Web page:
The ChromeOS (and by extension the chromium browser) is to include the NaCl–the Native Client. Condiment puns abound, given that NaCl is also the chemical formula for table salt. NaCl is an implementation of a means to run machine code inside the framework of the browser, granting webapps a significant performance boost.
The Chrome paradigm is one of multithreaded sandboxing: each thread (more or less synonymous with “browser tab”) has its own area of memory and its own slice of processor time to work with. In this model, the browser tabs are like very limited virtual machines, and the parent browser process much like a hypervisor–individual meltdowns of machines are (at least in theory) irrelevant to the operation of the other threads, and can be cleaned up and removed by the parent process should it become necessary.
One intended use for the NaCl framework is for cloud apps to export a portion of the processing load to the client systems, to enable a better user experience. Games, especially, will benefit from the Native Client, given that the graphical rendering calculations are rather more intensive than those required for standard web apps. Statistical and rendering applications may also see a benefit from the increased performance available under this model.
Another is for webapps to extend parts of their functionality to the client machine in order to limit the amount of data required to be sent and received–an important consideration for people who may be on slow or capped internet connections. In this model, the NaCl app could be downloaded once, and thereafter traffic to and from the hosting server would be limited to user provided or requested data–all the processing and rendering of the information could happen locally.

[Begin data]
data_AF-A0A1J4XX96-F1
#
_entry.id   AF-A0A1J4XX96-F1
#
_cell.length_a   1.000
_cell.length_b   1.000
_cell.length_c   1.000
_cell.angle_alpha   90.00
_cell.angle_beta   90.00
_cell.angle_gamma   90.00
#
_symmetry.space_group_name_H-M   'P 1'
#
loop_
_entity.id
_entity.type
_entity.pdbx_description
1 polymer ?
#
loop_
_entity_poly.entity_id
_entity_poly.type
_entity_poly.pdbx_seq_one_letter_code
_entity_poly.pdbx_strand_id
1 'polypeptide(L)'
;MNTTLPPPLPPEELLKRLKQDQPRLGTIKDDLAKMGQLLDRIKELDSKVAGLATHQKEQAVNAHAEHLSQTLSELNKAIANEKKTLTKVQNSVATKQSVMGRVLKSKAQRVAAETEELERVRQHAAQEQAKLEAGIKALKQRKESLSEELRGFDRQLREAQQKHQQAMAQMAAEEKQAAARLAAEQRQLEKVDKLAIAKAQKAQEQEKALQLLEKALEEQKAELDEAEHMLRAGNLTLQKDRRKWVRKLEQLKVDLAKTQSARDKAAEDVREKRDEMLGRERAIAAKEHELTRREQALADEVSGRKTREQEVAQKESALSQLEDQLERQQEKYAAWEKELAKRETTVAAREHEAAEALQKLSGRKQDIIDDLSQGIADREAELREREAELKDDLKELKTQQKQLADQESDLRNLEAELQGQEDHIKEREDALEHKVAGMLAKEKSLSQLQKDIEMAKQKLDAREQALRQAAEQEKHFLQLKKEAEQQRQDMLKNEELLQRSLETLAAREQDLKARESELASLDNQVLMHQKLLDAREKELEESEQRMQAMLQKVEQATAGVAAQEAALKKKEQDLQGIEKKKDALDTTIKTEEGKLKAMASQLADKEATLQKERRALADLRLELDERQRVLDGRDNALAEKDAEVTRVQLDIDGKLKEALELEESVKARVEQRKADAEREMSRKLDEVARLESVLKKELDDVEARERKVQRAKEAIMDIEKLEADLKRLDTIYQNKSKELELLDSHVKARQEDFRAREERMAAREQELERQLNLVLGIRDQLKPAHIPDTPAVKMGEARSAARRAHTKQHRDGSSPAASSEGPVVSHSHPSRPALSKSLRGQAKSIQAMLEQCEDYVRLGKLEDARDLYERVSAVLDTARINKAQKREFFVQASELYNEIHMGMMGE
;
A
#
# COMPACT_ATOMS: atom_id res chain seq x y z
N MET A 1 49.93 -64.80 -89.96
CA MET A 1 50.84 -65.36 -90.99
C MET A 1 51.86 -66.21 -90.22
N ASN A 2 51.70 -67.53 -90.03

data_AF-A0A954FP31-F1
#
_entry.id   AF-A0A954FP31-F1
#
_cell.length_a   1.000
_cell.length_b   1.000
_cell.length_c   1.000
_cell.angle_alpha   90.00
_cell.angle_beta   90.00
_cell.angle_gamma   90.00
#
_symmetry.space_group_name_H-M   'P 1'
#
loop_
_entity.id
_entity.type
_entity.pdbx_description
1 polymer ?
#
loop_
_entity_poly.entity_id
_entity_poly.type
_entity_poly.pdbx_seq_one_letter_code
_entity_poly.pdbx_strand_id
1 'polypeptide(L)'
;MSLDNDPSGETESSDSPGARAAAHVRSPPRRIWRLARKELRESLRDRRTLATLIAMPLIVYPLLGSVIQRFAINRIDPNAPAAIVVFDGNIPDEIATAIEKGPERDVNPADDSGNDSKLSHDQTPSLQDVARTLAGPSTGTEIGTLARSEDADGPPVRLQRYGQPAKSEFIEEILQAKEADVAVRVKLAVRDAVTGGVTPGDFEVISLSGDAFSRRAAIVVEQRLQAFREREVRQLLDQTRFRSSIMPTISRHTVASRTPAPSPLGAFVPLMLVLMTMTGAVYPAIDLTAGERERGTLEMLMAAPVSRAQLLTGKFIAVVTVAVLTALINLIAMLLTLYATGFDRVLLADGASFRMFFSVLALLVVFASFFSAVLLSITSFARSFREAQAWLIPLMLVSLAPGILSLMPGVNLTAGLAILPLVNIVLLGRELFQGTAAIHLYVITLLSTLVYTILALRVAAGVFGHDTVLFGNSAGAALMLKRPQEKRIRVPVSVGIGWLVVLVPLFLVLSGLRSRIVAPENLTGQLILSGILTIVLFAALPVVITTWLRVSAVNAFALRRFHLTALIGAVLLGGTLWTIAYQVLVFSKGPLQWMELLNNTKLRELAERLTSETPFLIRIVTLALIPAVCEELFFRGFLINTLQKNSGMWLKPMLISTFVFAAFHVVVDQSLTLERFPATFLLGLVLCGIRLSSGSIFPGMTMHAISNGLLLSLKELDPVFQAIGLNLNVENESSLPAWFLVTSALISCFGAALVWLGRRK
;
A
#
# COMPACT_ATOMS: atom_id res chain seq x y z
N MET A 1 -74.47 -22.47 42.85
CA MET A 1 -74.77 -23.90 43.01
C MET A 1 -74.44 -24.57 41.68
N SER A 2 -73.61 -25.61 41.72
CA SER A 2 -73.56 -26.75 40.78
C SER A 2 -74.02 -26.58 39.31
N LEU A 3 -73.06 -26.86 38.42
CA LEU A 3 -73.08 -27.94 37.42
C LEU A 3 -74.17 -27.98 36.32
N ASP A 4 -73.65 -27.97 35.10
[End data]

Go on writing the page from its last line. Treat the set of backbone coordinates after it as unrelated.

One usage that has not appeared in the official documentation, at least as far as I’ve seen, but seems as though it would be appropriate would be an implementation of the BOINC client–being able to run folding@home, seti@home or any of the other distributed computing projects inside a browser tab could result in significantly increased uptake. Given that the format of the NaCl executables is fairly close to that of an existing BOINC implementation, a comparatively limited amount of development would be required to adapt it to this platform.
Native Client is still very much experimental, but can be enabled for users of the Chromium browser by going to the about:flags page, clicking the ‘Enable’ button under the Native Client option, and restarting your browser. You can test out some of the functionality with the examples found in the Gallery page.